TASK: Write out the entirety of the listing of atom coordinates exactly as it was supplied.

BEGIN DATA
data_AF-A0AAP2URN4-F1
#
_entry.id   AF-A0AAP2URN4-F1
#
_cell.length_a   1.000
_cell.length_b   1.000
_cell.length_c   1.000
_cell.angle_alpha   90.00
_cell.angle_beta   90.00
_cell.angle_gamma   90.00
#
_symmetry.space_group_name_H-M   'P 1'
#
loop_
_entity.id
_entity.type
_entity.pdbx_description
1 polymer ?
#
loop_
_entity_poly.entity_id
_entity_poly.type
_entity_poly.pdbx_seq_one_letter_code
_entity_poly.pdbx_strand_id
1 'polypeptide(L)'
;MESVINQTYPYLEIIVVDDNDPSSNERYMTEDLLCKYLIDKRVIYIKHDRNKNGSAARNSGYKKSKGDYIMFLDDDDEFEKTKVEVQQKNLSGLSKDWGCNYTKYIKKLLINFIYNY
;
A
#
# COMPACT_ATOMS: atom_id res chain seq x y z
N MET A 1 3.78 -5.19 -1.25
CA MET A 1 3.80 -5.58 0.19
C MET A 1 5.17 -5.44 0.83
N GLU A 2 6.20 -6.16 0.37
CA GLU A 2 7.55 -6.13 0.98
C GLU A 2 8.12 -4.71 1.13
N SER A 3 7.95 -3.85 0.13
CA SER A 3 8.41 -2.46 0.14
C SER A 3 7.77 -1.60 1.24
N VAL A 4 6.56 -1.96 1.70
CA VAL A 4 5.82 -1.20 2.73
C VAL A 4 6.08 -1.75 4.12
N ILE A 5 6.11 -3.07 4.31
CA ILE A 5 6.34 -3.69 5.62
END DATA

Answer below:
data_AF-A0AAP2URN4-F1
#
_entry.id   AF-A0AAP2URN4-F1
#
_cell.length_a   1.000
_cell.length_b   1.000
_cell.length_c   1.000
_cell.angle_alpha   90.00
_cell.angle_beta   90.00
_cell.angle_gamma   90.00
#
_symmetry.space_group_name_H-M   'P 1'
#
loop_
_entity.id
_entity.type
_entity.pdbx_description
1 polymer ?
#
loop_
_entity_poly.entity_id
_entity_poly.type
_entity_poly.pdbx_seq_one_letter_code
_entity_poly.pdbx_strand_id
1 'polypeptide(L)'
;MESVINQTYPYLEIIVVDDNDPSSNERYMTEDLLCKYLIDKRVIYIKHDRNKNGSAARNSGYKKSKGDYIMFLDDDDEFEKTKVEVQQKNLSGLSKDWGCNYTKYIKKLLINFIYNY
;
A
#
# COMPACT_ATOMS: atom_id res chain seq x y z
N MET A 1 3.78 -5.19 -1.25
CA MET A 1 3.80 -5.58 0.19
C MET A 1 5.17 -5.44 0.83
N GLU A 2 6.20 -6.16 0.37
CA GLU A 2 7.55 -6.13 0.98
C GLU A 2 8.12 -4.71 1.13
N SER A 3 7.95 -3.85 0.13
CA SER A 3 8.41 -2.46 0.14
C SER A 3 7.77 -1.60 1.24
N VAL A 4 6.56 -1.96 1.70
CA VAL A 4 5.82 -1.20 2.73
C VAL A 4 6.08 -1.75 4.12
N ILE A 5 6.11 -3.07 4.31
CA ILE A 5 6.34 -3.69 5.62